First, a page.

Miami has seemingly countless clubs and ways for players to get into trouble.
The other thing it has seemingly countless numbers of is golf courses. Ones you can play on pretty much 365.
To Michael Beasley’s credit, when he got frustrated and down while disappointing the fans and staff in Miami, he sought solace on the course, not in the clubs, he told the Star Tribune.
“The golf course is not a team sport, it’s a one-man show,” he said. “I go out there by myself: Nobody can call me, I keep my phones in the car. I go out and play my nine holes alone and nobody knows where I am. Golf is like the only place in the world I can go right now and totally think and be one with myself. It’s my one place I go if I’m mad, if I’m down, if I’m sad and my day is not going well.”
Team sport? Because it was Beasley’s teammates were a problem?
This winter he got traded from the Heat to the Timberwolves. What happens when he gets down in Minnesota in February?
“Why don’t you improve your lie a little Mr. Beasley sir?” “Yes, yes winter rules.”
Khris Middleton has more expectations and more pressure on him after a breakout season in Milwaukee, followed by him getting him PAID this summer.
Well, he looked pretty good on this play against the Bulls, making the steal then throwing down despite Jimmy Butler‘s efforts to stop him.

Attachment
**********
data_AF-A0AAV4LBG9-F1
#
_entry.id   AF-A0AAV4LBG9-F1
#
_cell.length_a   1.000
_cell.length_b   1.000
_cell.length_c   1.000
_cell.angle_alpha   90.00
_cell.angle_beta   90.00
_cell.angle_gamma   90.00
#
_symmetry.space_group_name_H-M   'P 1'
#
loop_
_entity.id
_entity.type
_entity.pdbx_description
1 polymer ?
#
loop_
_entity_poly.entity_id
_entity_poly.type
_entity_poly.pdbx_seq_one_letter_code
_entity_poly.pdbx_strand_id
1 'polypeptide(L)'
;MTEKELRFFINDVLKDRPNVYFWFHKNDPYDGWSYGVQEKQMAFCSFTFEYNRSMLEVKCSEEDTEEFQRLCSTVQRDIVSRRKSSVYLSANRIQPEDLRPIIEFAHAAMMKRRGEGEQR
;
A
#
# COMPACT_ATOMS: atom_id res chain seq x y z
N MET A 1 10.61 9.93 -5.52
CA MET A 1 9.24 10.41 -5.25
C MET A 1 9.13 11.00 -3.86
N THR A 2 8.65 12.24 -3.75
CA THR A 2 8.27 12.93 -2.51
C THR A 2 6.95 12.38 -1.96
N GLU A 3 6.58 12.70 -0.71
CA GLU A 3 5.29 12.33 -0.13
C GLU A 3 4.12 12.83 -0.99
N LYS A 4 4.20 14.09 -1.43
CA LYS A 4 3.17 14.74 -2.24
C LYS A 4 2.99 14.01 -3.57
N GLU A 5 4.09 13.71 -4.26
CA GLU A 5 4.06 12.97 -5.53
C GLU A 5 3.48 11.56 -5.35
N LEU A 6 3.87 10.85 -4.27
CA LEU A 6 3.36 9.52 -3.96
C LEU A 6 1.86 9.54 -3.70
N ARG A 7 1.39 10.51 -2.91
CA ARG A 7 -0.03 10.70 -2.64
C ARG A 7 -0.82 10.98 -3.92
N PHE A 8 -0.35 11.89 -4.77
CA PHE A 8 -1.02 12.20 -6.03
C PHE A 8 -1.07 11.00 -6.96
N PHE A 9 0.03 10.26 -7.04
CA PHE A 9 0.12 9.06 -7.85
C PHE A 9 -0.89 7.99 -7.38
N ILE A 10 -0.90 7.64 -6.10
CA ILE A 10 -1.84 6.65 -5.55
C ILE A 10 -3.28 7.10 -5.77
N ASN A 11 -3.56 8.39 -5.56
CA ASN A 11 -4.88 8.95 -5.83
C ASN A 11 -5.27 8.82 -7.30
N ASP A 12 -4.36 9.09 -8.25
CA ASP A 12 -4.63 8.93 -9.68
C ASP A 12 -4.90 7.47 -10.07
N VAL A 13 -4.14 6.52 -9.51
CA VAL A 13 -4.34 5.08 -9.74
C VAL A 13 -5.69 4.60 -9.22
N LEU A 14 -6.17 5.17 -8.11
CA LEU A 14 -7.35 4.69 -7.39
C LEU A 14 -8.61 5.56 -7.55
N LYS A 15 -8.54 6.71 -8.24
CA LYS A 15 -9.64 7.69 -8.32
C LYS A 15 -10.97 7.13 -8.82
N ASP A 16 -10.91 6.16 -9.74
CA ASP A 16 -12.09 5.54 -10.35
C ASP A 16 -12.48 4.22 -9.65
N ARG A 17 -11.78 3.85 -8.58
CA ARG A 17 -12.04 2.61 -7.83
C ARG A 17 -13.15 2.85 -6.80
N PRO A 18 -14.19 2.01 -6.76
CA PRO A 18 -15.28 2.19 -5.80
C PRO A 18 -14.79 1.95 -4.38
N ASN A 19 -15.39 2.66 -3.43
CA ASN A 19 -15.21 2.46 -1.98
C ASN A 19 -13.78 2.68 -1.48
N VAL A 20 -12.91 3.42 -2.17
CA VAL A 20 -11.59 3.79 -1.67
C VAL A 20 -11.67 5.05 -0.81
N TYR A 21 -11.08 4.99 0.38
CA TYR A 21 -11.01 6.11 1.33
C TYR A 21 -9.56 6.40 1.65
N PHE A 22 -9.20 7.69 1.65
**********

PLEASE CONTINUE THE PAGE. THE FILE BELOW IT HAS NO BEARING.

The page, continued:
Middleton finished with 10 points on 5-of-7 shooting for the Bucks. However, Butler had the last laugh as he went off for 23 points on 12 shots and led the Bulls to the (meaningless) preseason win.
Paul George‘s first experience starting as a power forward was going up against Anthony Davis — not just one of the best power forwards in the game, one of the handful of best players in the game period. That didn’t go well for George, and he wasn’t happy about it.
His second experience was in another preseason game Tuesday, going up against the Pistons and their four, Ersan İlyasova. He’s not quite as intimidating.
George scored 20 points on 7-of-8 shooting, 4-of-5 on threes — and that was just the first quarter (you can see it all in the video above).
As we have said before, George at the four is not a bad call by the Pacers, but some of that depends on the matchup. On the nights the Pacers face Davis or Blake Griffin or LaMarcus Aldridge or Zach Randolph (or a handful of others) the Pacers’ coaching staff is going to have to adjust. But there are a lot of nights where George at the four is going to force the other team to adjust, and that will play into the Pacers’ hands.